Before it went viral I accompanied group of my colleagues to complete what was left half done, to go up close to the face of Buddha. The path leading to the site was worn, it was walked by thousands across the generations. How the gigantic natural art piece never caught generations of eyes remains a mystery. Standing right before the overwhelming rock, it's hard to make out the face distinctly. The eyes, the cheek, the nose, the lips and the chin that look perfect from across the river are just natural fault lines on the almost flat rock face. This confirms that there is no human manipulation at all. The compelling image of Buddha's face is a natural composition of fault lines, their shadows, and the color texture. The rock is almost two dimensional but from a distance it three dimensional. It's magical.  
Close Up
It was on Sunday I posted the story and by Monday I started receiving pictures from people who went there to see for themselves. By Wednesday the site was crowded with people, and that evening authorities decided to put fence around it. Today when I went there I could see long queue of people across the river, and many breaking through the fence already. On the other side of the river cars and people are causing traffic jam on the national highway. This is more than the attention one can ever ask for.

From the View Point
Long Queue of People 
Some people jokingly call me Terton PaSsu Lingpa and I funnily wish but like I shared in the last post, I wasn't the one to see it first. My friend Yam Rinzin show me a picture from his phone a few months ago. Today he told me that he was told by his lady colleague Tshering Yangzom, who seemed to have seen it through her window, which was facing the hill. That makes her the tertonma.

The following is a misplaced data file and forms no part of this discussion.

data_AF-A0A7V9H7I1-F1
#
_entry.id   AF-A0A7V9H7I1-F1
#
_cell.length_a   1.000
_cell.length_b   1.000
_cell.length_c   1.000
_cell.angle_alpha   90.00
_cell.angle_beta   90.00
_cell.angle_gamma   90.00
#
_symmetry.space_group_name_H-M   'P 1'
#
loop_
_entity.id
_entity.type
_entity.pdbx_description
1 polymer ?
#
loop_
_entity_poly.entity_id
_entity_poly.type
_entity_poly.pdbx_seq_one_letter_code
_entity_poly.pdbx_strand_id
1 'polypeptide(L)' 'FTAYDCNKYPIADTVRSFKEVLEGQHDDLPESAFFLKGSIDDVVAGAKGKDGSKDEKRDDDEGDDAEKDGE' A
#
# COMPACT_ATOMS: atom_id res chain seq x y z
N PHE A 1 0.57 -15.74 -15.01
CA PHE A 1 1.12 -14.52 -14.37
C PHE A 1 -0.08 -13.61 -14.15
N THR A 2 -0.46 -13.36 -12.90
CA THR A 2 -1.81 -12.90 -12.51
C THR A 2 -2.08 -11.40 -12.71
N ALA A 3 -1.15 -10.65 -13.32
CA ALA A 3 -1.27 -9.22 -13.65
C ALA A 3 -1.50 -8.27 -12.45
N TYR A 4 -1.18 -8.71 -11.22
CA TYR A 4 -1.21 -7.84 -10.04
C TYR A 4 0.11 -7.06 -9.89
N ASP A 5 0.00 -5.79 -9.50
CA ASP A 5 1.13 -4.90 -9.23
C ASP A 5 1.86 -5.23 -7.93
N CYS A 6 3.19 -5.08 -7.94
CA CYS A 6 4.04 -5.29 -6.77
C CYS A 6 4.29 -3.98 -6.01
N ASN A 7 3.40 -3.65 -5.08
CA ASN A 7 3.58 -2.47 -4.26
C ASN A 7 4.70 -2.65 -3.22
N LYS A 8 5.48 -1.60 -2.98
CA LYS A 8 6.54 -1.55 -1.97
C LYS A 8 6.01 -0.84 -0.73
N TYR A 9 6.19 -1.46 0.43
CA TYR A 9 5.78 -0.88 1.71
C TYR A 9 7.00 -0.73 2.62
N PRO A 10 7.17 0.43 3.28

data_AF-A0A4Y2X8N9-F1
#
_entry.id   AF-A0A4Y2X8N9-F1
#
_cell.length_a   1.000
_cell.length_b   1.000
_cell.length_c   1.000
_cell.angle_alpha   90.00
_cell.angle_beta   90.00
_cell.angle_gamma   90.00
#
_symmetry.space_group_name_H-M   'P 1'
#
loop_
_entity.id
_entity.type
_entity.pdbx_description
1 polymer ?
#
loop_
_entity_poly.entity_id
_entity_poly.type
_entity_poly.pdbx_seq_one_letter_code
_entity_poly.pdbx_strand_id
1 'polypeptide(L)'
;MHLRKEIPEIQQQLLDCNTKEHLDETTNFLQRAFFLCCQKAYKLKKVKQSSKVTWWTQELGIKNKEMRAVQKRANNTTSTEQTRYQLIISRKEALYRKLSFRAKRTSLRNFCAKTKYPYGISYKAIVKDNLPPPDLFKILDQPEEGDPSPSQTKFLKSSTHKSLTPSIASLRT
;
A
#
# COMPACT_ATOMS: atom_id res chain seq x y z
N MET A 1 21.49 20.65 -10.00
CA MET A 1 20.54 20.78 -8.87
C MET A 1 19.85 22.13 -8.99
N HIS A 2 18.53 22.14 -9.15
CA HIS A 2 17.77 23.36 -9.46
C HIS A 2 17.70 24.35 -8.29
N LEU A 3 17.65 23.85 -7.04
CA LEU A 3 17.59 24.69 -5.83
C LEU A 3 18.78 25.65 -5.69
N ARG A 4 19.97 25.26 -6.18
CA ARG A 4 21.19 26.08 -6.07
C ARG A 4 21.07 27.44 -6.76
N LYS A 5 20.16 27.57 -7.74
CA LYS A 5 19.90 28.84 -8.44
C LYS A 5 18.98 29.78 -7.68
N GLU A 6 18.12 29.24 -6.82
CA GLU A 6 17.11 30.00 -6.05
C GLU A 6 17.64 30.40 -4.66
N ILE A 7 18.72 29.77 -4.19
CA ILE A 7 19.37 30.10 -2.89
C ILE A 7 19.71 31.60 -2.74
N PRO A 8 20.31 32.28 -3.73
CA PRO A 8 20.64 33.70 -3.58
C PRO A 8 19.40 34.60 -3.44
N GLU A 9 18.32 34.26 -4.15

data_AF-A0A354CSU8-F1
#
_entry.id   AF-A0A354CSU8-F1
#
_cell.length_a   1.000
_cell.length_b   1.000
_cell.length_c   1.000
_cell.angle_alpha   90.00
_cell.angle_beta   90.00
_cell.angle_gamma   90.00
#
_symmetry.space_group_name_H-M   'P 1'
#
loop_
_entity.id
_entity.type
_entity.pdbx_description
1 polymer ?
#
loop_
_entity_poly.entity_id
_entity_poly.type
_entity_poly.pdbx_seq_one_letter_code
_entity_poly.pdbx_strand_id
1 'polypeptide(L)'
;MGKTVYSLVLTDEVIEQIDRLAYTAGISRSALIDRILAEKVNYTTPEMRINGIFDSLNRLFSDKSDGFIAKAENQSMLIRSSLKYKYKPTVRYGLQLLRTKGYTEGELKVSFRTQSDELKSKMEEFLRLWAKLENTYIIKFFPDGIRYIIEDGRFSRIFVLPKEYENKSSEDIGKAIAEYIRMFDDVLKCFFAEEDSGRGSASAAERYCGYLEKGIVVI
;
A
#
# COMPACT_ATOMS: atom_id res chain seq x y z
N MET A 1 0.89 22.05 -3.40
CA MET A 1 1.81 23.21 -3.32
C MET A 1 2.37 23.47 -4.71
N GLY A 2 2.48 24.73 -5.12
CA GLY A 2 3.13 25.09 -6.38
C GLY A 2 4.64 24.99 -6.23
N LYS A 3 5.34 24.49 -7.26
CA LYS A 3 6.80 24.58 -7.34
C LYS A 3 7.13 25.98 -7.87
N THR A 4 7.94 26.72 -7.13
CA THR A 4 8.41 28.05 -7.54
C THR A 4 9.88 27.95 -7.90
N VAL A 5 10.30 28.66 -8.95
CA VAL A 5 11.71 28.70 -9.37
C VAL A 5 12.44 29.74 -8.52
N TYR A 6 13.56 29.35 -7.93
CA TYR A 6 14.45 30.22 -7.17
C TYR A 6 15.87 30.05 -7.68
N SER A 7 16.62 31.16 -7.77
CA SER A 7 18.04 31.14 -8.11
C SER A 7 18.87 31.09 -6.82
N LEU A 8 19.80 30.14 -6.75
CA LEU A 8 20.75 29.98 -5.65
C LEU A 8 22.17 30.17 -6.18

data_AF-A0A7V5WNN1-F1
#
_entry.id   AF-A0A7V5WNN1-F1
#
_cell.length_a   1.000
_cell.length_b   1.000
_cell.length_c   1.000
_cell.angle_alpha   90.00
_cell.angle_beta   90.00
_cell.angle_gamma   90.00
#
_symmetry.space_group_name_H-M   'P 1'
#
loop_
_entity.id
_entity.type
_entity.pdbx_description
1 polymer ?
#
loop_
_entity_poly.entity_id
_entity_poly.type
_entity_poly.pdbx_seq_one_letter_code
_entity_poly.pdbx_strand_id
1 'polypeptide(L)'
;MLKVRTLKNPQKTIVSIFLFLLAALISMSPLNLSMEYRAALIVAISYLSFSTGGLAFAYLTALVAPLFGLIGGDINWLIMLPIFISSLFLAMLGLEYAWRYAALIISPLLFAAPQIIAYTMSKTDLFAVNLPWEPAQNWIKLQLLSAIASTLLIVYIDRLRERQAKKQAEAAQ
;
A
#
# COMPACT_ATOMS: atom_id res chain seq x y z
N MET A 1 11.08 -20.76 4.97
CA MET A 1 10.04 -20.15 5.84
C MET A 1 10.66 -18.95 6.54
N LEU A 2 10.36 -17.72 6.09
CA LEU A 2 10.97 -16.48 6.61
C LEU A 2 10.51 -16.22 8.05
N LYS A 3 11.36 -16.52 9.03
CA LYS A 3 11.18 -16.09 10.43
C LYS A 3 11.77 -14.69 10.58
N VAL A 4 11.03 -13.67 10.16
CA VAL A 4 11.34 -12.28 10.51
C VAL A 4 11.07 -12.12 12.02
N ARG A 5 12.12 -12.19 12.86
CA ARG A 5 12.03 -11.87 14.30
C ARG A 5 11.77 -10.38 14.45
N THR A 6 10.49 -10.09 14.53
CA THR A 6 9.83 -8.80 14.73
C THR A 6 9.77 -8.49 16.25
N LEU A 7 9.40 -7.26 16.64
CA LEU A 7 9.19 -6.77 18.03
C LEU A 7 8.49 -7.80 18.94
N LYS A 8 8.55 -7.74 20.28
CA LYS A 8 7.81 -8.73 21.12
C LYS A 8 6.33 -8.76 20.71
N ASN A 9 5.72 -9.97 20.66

I humbly accept the credit of making it public. It gives me great pleasure to see overwhelming number of people gathering around there and wondering how on earth it happened. Number of people will increase by the day, and in seeing the compelling image on the rock, good thought will be evoked in their minds and prayers on their lips. Perhaps this is my parting gift to the place where I lived for seven defining years of my life.   
Visitors (Even a Mobile Bakery has reached there!)

 

Face of Buddha

It's my seventh year in Wangdue and I have lived it well. I have considered it my home. I have explored so many corners of this place and wrote so many stories. There are places I should have been to but I have no regrets because I haven't spared the ones around me.

However, after all these years, and all these stories I wasn't ready to accept that I had missed on a very special landmark. It was right there for anybody to see, large and distinct and unbelievably very close. It's an image of Lord Buddha's face formed out of natural rock, not even carved. I don't understand how this has not become a sacred place, when people are ready to accept a hole on the rock as Khandrum's buga or Guru's footprint.